Affordable Access

deepdyve-link
Publisher Website

Meta-Analysis of Nanoparticle Delivery to Tumors Using a Physiologically Based Pharmacokinetic Modeling and Simulation Approach.

Authors
  • Cheng, Yi-Hsien1, 2
  • He, Chunla1
  • Riviere, Jim E1, 3
  • Monteiro-Riviere, Nancy A2
  • Lin, Zhoumeng1, 2
  • 1 Institute of Computational Comparative Medicine (ICCM), Department of Anatomy and Physiology, College of Veterinary Medicine, Kansas State University, Manhattan, Kansas 66506, United States. , (United States)
  • 2 Nanotechnology Innovation Center of Kansas State (NICKS), Department of Anatomy and Physiology, College of Veterinary Medicine, Kansas State University, Manhattan, Kansas 66506, United States. , (United States)
  • 3 1Data Consortium, Kansas State University, Manhattan, Kansas 66506, United States. , (United States)
Type
Published Article
Journal
ACS Nano
Publisher
American Chemical Society
Publication Date
Mar 24, 2020
Volume
14
Issue
3
Pages
3075–3095
Identifiers
DOI: 10.1021/acsnano.9b08142
PMID: 32078303
Source
Medline
Keywords
Language
English
License
Unknown

Abstract

Numerous studies have engineered nanoparticles with different physicochemical properties to enhance the delivery efficiency to solid tumors, yet the mean and median delivery efficiencies are only 1.48% and 0.70% of the injected dose (%ID), respectively, according to a study using a nonphysiologically based modeling approach based on published data from 2005 to 2015. In this study, we used physiologically based pharmacokinetic (PBPK) models to analyze 376 data sets covering a wide range of nanomedicines published from 2005 to 2018 and found mean and median delivery efficiencies at the last sampling time point of 2.23% and 0.76%ID, respectively. Also, the mean and median delivery efficiencies were 2.24% and 0.76%ID at 24 h and were decreased to 1.23% and 0.35%ID at 168 h, respectively, after intravenous administration. While these delivery efficiencies appear to be higher than previous findings, they are still quite low and represent a critical barrier in the clinical translation of nanomedicines. We explored the potential causes of this poor delivery efficiency using the more mechanistic PBPK perspective applied to a subset of gold nanoparticles and found that low delivery efficiency was associated with low distribution and permeability coefficients at the tumor site (P < 0.01). We also demonstrate how PBPK modeling and simulation can be used as an effective tool to investigate tumor delivery efficiency of nanomedicines.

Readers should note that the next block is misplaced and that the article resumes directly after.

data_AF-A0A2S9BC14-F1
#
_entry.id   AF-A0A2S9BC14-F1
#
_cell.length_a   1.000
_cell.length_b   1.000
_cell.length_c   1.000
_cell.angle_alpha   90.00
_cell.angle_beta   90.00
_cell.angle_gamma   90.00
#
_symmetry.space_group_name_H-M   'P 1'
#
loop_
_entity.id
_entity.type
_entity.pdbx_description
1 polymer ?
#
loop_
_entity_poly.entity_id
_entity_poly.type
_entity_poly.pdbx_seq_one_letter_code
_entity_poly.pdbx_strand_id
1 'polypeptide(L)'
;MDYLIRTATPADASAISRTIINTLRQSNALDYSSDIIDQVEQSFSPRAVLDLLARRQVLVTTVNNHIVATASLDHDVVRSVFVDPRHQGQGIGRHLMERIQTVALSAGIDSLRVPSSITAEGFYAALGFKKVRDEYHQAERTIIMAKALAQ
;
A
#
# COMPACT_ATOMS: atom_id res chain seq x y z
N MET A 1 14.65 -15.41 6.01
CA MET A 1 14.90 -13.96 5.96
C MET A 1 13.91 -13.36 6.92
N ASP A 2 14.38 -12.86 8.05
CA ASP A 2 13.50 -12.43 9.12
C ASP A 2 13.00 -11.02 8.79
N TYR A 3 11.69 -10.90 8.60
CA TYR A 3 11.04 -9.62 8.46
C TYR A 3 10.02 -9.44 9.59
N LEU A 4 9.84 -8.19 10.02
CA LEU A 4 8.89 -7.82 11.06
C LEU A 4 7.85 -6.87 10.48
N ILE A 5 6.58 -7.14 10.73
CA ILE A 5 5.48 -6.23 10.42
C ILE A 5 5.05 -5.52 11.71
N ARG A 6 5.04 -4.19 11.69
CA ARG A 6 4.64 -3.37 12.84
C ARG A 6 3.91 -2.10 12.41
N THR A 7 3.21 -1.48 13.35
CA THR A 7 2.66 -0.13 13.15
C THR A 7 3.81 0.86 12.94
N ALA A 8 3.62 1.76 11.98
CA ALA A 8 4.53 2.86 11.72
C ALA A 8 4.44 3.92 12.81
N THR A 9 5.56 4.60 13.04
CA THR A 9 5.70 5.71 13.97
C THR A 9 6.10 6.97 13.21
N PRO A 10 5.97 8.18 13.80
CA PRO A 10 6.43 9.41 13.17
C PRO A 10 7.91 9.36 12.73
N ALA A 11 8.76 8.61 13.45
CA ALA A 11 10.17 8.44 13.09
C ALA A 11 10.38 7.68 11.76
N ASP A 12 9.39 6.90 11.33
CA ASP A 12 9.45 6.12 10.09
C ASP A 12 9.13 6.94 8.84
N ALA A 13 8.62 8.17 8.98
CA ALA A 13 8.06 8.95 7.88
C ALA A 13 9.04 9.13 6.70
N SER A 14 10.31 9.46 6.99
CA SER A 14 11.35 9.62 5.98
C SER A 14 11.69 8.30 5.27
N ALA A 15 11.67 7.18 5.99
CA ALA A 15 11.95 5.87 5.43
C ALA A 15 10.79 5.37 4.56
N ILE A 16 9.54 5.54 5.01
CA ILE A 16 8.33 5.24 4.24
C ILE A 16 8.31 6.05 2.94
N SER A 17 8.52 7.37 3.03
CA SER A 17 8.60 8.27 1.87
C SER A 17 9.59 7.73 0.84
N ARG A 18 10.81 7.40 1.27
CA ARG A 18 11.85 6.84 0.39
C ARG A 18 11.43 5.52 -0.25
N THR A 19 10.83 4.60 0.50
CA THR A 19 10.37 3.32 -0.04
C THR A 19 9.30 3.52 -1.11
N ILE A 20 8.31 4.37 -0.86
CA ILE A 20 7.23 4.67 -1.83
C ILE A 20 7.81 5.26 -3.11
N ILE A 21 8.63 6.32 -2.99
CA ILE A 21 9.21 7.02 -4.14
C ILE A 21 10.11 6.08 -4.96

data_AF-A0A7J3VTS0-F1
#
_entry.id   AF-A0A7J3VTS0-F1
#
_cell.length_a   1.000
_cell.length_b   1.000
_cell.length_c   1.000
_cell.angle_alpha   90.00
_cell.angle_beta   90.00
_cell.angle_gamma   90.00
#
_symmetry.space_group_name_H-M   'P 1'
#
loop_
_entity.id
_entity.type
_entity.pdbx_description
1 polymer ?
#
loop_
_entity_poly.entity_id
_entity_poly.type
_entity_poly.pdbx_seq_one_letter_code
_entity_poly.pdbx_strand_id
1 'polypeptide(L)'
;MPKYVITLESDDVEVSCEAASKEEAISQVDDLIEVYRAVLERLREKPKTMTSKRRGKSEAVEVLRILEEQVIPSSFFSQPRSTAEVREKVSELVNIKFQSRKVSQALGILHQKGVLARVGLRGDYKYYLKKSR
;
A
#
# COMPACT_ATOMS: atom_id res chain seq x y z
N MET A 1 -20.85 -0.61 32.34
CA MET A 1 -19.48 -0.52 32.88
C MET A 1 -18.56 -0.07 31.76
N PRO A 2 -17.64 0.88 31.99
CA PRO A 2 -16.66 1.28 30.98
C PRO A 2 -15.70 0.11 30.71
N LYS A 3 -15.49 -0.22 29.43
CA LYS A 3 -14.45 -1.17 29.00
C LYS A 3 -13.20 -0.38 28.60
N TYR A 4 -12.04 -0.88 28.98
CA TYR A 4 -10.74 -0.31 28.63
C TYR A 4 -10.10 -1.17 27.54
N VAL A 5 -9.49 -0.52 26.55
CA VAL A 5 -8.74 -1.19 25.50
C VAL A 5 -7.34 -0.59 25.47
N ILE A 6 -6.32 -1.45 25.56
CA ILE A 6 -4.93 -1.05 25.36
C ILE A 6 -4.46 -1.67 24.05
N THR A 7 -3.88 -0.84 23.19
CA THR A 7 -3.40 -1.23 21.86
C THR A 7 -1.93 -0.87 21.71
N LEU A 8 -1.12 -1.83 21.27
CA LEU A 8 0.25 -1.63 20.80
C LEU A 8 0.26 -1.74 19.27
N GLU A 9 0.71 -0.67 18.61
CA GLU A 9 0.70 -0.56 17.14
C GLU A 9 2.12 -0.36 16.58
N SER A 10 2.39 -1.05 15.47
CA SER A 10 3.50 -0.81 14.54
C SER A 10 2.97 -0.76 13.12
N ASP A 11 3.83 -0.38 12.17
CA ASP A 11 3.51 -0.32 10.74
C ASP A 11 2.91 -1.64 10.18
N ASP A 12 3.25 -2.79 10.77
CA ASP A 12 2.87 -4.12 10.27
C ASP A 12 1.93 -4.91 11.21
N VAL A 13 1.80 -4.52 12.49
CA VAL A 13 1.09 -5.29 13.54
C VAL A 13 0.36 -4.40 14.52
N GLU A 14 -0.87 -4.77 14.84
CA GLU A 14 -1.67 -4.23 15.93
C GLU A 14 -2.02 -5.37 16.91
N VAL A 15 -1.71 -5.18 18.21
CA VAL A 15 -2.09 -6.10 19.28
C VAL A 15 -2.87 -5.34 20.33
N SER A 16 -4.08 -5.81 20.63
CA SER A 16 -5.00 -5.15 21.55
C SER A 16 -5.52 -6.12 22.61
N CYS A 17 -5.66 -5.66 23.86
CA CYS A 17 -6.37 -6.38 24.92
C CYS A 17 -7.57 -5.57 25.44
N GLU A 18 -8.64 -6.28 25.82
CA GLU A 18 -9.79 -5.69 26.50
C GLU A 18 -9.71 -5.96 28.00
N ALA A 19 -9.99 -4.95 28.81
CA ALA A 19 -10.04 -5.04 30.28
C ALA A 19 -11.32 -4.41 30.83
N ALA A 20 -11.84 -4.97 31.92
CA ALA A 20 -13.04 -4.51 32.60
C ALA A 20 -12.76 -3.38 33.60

Report this publication

Statistics

Seen <100 times